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On Behalf of | Jan 27, 2021 | Personal Injury

When most people hear “slip and fall accident,” they probably imagine that a broken portion of a sidewalk or an unmarked wet floor in a store caused the accident. But slip and fall accidents can occur under many scenarios, especially during winter months.

You may wonder since no one controls ice and snow other than Mother Nature, who is responsible for a slip and fall accident under these conditions?

This blog will cover the basics of premises liability law regarding ice and snow in North Carolina and what the law could mean for a personal injury claim.

How Does a Fall Qualify as a Personal Injury?

Falls happen daily, but not all falls qualify as a personal injury under the law. Under most circumstances, to pursue an injury claim, an accident must cause serious or permanent injury and it must have also occurred in a situation which could have easily been prevented by a property owner.

This is why most people think of wet floors when hearing “slip and fall accident.” In these cases, if a store owner failed to mark, or take care of, the potential hazard and someone slipped, accident would clearly fall into the category of a personal injury.

Seek the appropriate medical attention after a slip and fall accident. Be sure to document all the care you receive, medical images such as x-rays, doctor’s notes and any prescribed treatment plan if you plan to file a personal injury claim.

Who May be Liable for the Incident?

In addition to seeking medical care, you must also determine who, if anyone, could be considered responsible for keeping the area where you fell in a safe condition. Examples of who could be liable on specific property types include:

  • Commercial property, such as a department store—the property owner and staff members
  • Government property, such as federal building/courthouse—the building staff, maintenance staff, and government
  • Public property, such as a park—the maintenance team and the city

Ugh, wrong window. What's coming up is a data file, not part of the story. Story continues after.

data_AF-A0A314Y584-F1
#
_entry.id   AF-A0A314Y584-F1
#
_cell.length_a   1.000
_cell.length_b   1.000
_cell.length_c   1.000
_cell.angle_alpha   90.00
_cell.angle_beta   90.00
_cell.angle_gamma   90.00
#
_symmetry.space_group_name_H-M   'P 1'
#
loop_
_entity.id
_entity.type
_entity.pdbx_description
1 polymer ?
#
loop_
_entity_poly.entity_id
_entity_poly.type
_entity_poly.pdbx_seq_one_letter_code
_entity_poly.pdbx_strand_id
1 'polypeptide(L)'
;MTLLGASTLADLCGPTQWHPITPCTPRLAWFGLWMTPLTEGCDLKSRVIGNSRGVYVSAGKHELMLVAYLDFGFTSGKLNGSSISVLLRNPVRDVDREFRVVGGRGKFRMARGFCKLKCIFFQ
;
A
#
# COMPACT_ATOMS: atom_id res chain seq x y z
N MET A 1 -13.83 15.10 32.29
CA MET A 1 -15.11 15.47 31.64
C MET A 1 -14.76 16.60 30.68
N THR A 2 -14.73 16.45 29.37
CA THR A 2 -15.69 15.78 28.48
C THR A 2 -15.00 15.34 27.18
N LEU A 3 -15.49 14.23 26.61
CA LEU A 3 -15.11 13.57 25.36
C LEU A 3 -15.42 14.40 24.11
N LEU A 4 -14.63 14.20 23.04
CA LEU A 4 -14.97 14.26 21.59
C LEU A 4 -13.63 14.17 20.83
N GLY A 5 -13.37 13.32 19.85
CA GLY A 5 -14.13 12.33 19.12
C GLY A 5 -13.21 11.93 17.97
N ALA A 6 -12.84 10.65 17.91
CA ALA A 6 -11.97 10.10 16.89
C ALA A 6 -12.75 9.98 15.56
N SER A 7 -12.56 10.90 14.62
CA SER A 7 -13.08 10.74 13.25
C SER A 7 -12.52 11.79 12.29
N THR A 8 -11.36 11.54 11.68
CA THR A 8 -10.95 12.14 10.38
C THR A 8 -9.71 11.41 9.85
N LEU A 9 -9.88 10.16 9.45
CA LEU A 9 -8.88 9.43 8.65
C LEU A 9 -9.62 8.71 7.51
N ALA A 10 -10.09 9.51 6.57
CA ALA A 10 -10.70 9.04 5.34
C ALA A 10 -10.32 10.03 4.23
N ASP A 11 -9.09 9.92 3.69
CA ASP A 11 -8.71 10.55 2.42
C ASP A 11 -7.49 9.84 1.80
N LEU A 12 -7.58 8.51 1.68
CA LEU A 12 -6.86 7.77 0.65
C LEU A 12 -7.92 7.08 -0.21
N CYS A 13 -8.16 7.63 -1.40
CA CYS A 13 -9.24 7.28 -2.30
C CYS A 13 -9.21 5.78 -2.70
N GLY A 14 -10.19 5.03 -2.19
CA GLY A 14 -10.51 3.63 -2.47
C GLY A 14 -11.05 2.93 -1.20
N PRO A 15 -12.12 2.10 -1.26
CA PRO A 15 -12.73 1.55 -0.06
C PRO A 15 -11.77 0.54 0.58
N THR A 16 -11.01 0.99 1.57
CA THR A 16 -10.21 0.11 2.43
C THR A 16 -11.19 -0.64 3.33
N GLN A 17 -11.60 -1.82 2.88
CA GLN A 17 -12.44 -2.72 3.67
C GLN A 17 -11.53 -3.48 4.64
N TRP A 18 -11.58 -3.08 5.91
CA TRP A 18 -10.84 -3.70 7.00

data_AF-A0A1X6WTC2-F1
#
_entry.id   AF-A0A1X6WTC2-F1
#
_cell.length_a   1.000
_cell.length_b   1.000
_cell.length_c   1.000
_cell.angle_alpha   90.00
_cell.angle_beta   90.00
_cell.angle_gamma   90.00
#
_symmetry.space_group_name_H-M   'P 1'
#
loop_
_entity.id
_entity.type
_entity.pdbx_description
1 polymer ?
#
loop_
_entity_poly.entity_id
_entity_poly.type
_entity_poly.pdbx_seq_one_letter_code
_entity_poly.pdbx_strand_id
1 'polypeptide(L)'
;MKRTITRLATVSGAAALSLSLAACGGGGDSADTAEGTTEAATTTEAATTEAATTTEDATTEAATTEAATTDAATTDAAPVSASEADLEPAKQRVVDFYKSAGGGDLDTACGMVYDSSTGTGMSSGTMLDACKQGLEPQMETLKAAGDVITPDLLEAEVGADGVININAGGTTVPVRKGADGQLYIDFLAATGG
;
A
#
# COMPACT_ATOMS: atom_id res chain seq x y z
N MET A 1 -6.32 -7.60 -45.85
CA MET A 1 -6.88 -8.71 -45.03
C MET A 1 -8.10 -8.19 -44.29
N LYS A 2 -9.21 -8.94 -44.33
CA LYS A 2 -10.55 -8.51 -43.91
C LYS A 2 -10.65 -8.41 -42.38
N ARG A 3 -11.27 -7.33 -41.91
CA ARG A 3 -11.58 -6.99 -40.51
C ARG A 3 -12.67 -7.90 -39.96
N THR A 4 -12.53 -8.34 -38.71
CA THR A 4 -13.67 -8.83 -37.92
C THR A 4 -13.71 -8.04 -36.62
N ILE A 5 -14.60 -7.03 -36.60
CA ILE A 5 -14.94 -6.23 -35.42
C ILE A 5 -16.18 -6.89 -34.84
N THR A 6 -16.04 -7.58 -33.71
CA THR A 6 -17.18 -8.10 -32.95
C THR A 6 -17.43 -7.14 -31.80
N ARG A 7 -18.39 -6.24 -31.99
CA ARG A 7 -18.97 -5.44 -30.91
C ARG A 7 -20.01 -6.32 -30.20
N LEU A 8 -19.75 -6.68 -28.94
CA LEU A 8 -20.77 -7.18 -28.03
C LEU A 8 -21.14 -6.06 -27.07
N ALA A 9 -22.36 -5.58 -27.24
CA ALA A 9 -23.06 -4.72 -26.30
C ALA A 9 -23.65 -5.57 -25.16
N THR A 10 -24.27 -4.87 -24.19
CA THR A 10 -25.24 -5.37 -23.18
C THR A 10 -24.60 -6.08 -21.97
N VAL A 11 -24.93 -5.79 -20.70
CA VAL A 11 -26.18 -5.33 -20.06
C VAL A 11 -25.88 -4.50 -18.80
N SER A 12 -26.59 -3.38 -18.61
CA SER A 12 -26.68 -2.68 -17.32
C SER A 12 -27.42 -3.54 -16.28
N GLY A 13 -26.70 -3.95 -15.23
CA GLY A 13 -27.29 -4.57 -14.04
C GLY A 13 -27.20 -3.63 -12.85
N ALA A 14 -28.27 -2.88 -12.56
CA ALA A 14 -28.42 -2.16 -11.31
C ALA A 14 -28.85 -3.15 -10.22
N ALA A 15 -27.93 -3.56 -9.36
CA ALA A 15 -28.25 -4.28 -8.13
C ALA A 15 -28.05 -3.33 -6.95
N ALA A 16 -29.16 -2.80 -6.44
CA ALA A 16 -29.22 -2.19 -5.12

• Rental property, such as an apartment building or complex—the landlord, property owner, tenants, and maintenance team
  • Residential, such as a privately owned home—the homeowners and contractors who may have performed recent maintenance

While some of the business, individuals and organizations listed above are technically responsible for keeping their properties safe, you are also expected to follow any posted safety guidelines and exercise appropriate care. For example, if a property owner has a “watch your step” sign posted above a doorway, your personal injury claim may not be valid if you cannot prove that you exercised a reasonable amount of care and still fell.

However, some of the above noted businesses, individuals and organizations are rarely liable under the law. An example of this would be, while the government could be responsible for a slip and fall accident outside a federal building, usually the government as an entity has no control over the conditions at a building, therefore are not liable for any accidents.

When Does an Ice or Snow Incident Become a Premises Liability Case?

In North Carolina, ice and snow slip and fall accidents rarely qualify as personal injuries. In most cases, NC law recognizes that a property cannot be held responsible for the accumulation of any precipitation or be expected to remove all ice and snow at any given time.

There are however certain scenarios that are exceptions to this broader law, such as:

  • If a property owner heightened the poor conditions through reckless or negligent action. Many injury claims occur because an individual behaved negligently or recklessly. In the case of a slip and fall accident, a property owner could be negligent if they failed to notice a broken pipe that caused a dangerous amount of ice. If the property owner knew about this hypothetical pipe and intentionally ignored or put off the repairs, they may be considered to have behaved recklessly.
  • If a property owner had a contractual obligation to remove snow and ice.  Some business owners and/or landlords sign contracts obligating them to remove winter precipitation. If the snow or ice is not removed in a reasonable amount of time, they could be liable for any accidents that occurred as a result. In a situation like this, a property owner could be liable for a slip and fall on ice that accumulated for several days but not for snow that appeared overnight since they would not have had a chance to complete removal.
  • If a property owner overlooked an underlying hazard that was the cause of the incident. If a hazard on the property caused dangerous snow or ice conditions, the owner could be responsible. For example, a property owner can be held liable for a broken paver during any season.

Because winter premises liability claims are complex under NC law, we encourage clients to consult with a trusted and experienced attorney to determine if you have a claim. The team at Hardee, Massey & Blodgett will evaluate any injuries you sustained, the property you sustained those injuries on, and any other relevant information that can help you take the best step toward physical and emotional recovery. Call us today for your free consultation, 252-378-2525.